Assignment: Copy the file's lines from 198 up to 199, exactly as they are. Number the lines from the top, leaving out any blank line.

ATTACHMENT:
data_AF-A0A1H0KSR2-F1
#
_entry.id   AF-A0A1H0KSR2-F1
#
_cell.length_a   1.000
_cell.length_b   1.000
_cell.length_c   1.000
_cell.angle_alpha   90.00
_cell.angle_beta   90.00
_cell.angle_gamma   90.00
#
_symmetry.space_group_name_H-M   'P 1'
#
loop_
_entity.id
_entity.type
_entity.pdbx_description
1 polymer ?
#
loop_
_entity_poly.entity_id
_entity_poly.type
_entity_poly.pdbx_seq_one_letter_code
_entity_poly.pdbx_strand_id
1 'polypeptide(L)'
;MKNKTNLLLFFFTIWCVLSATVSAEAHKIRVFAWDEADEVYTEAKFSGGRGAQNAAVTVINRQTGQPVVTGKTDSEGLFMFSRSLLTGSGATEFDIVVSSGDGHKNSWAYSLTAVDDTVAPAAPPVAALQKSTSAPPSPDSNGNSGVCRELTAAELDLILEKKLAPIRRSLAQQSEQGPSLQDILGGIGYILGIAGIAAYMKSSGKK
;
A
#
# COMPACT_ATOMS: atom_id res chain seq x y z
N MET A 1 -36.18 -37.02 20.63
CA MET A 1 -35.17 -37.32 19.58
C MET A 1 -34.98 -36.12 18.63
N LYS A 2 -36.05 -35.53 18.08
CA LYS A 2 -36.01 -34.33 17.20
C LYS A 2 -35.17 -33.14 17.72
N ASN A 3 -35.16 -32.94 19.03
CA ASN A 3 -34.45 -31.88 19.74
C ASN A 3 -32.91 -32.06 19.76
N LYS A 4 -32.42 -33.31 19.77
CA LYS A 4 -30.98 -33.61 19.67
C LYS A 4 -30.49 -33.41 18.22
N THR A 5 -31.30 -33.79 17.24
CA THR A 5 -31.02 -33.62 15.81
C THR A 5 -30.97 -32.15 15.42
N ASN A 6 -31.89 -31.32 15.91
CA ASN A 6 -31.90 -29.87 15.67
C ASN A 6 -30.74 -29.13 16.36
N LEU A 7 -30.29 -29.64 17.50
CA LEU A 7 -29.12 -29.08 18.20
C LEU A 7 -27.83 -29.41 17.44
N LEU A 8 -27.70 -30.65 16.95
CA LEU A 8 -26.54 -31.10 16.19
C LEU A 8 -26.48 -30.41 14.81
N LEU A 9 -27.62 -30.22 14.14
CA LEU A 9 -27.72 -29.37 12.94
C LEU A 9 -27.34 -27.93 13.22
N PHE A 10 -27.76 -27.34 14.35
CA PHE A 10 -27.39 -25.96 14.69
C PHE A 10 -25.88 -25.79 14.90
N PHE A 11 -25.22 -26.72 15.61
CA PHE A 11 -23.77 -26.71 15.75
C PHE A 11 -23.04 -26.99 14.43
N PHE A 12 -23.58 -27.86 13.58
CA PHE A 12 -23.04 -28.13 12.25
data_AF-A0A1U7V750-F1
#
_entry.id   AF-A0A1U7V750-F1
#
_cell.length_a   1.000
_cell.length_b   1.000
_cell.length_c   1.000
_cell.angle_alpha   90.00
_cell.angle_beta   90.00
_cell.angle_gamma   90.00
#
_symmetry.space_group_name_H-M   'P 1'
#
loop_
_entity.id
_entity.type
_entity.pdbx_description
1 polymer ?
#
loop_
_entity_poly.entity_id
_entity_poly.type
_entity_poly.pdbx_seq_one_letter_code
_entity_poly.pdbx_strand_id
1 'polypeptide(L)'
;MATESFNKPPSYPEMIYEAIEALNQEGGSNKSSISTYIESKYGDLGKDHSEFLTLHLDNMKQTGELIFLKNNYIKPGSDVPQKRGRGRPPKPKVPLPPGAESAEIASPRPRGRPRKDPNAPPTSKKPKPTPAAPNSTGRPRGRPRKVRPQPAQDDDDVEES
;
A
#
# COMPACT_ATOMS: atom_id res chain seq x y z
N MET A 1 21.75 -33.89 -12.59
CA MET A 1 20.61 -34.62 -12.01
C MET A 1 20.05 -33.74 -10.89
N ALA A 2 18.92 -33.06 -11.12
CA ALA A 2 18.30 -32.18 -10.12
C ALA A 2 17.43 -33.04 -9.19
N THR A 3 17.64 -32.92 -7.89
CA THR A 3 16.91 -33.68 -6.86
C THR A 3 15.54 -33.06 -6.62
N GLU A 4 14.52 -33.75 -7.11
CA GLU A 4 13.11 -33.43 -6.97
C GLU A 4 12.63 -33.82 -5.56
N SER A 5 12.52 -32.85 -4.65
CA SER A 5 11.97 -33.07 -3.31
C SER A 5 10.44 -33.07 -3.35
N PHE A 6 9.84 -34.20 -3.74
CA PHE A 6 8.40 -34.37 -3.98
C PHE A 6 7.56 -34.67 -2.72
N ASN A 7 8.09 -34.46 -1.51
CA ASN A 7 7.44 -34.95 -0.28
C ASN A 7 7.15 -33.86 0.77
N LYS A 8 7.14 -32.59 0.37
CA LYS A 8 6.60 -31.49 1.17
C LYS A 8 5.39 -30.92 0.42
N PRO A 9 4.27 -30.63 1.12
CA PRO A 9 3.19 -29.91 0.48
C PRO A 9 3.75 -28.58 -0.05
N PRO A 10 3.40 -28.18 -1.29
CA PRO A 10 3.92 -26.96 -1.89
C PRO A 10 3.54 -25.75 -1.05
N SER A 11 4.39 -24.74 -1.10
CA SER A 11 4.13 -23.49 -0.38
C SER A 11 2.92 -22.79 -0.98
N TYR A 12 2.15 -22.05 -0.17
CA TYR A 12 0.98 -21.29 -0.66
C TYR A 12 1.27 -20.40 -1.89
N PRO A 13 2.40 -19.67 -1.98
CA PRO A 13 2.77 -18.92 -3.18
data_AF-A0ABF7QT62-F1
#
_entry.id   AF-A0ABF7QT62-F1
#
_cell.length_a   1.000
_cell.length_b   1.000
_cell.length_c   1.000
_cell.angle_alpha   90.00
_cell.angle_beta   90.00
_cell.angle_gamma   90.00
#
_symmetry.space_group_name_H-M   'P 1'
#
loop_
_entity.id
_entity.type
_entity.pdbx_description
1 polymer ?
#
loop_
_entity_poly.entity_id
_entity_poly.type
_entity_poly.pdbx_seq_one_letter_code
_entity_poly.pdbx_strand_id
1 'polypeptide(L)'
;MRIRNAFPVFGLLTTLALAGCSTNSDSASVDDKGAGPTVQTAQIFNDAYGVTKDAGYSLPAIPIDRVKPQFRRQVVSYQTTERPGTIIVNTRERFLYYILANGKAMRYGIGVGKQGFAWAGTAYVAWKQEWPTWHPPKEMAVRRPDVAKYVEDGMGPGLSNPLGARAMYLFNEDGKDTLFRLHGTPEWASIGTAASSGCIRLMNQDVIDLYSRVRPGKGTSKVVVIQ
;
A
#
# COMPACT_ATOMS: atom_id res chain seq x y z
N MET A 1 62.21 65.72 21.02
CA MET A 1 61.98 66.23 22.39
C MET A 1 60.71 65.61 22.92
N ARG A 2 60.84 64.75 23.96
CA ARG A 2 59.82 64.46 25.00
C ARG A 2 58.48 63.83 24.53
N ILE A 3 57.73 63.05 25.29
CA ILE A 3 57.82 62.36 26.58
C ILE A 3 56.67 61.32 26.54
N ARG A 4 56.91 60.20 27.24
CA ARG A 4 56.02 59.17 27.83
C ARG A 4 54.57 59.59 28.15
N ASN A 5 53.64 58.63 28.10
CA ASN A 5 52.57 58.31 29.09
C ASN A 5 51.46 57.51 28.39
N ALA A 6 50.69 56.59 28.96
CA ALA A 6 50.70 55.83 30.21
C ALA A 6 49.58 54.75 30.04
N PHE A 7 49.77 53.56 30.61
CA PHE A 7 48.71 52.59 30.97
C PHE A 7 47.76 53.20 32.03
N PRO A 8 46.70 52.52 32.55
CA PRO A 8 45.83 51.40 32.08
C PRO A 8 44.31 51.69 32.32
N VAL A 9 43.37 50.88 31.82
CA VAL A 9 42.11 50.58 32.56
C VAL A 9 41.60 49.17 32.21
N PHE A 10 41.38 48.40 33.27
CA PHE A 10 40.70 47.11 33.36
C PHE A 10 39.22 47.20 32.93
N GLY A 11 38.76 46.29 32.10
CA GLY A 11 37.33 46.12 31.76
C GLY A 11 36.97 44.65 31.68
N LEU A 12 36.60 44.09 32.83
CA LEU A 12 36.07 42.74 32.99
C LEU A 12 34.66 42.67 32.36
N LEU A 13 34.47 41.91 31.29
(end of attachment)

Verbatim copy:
CA LEU A 12 36.07 42.74 32.99
C LEU A 12 34.66 42.67 32.36